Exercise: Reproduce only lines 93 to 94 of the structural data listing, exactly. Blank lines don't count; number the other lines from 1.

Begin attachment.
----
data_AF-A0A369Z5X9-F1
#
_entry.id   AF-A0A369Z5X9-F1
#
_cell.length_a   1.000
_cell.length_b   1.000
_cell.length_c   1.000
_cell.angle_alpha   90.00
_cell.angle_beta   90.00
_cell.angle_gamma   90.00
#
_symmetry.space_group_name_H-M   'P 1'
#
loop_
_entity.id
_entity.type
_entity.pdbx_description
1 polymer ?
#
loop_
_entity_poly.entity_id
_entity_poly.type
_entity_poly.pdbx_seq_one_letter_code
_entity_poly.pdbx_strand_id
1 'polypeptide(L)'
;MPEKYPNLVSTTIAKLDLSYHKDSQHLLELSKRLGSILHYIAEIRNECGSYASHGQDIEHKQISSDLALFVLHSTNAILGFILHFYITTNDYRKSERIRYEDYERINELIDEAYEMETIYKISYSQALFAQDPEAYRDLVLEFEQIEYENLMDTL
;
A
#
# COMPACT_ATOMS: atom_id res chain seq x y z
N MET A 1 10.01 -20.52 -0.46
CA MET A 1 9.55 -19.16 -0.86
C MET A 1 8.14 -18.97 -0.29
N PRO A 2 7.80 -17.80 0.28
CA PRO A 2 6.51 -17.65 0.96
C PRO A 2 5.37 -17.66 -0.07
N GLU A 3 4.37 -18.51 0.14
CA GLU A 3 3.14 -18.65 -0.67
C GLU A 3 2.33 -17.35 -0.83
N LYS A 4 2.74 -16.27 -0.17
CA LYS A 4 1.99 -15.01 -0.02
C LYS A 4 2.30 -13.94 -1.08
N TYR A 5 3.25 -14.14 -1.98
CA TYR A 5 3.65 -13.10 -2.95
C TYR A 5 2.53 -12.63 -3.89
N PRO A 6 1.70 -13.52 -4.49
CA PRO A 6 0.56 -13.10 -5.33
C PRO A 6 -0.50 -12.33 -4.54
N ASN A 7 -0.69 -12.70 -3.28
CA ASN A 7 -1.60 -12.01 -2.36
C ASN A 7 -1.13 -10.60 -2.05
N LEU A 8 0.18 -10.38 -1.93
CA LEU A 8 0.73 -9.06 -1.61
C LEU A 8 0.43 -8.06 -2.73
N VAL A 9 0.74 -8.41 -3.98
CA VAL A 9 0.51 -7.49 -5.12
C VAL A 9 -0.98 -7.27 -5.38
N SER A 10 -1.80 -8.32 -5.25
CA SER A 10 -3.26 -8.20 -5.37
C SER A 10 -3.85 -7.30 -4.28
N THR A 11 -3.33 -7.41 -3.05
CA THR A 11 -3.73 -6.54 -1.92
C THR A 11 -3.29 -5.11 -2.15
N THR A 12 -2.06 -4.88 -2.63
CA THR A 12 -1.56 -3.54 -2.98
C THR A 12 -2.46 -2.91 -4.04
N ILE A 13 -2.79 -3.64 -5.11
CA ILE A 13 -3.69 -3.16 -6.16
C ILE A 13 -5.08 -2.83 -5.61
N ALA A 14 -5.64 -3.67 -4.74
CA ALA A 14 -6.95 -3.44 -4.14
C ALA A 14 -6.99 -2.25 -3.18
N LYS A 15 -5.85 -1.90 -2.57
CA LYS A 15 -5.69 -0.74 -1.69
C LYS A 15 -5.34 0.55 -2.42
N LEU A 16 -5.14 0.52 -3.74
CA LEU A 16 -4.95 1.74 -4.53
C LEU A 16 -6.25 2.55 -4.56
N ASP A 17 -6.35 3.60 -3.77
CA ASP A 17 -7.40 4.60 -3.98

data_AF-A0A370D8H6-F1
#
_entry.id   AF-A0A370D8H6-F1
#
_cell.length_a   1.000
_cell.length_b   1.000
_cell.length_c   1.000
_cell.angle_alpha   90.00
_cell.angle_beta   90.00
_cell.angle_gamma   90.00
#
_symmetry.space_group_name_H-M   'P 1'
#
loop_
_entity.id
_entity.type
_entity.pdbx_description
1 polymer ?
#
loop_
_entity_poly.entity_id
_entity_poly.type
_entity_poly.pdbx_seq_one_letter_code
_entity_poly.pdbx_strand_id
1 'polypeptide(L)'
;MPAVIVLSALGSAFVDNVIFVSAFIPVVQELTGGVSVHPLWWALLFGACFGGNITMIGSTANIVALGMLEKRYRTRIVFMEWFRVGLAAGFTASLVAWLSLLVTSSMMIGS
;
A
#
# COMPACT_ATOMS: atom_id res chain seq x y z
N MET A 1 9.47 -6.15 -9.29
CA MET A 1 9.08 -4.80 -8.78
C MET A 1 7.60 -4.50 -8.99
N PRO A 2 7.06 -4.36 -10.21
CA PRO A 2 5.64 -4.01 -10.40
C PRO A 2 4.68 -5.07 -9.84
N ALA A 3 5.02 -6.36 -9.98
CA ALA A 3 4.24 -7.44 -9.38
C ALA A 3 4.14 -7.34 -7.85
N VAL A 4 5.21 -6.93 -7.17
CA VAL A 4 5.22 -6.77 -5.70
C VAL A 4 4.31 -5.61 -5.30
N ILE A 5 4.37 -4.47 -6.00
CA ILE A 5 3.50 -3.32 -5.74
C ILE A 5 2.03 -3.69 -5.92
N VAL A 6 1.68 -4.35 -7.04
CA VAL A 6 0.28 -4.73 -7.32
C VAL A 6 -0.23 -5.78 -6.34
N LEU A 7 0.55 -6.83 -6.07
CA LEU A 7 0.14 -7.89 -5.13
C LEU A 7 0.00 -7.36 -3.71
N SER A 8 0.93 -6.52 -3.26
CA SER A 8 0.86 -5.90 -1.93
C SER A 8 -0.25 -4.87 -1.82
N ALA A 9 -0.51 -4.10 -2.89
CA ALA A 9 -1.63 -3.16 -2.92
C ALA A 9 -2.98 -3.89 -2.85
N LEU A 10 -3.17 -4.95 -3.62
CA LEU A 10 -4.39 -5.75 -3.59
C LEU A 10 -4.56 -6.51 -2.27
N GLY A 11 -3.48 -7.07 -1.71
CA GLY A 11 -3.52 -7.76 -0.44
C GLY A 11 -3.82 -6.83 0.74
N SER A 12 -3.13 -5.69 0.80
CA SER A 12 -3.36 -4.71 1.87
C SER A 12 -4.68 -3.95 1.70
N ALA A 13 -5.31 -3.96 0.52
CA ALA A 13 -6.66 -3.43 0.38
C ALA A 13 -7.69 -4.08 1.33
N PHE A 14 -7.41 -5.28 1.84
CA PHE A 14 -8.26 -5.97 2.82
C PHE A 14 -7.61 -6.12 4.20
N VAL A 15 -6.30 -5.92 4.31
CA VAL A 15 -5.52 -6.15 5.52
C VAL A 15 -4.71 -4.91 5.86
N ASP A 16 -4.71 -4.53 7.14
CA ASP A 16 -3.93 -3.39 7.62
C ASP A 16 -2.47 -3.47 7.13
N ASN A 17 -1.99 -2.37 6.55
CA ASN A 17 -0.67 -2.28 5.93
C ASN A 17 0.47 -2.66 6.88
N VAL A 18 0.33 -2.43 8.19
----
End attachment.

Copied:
#
loop_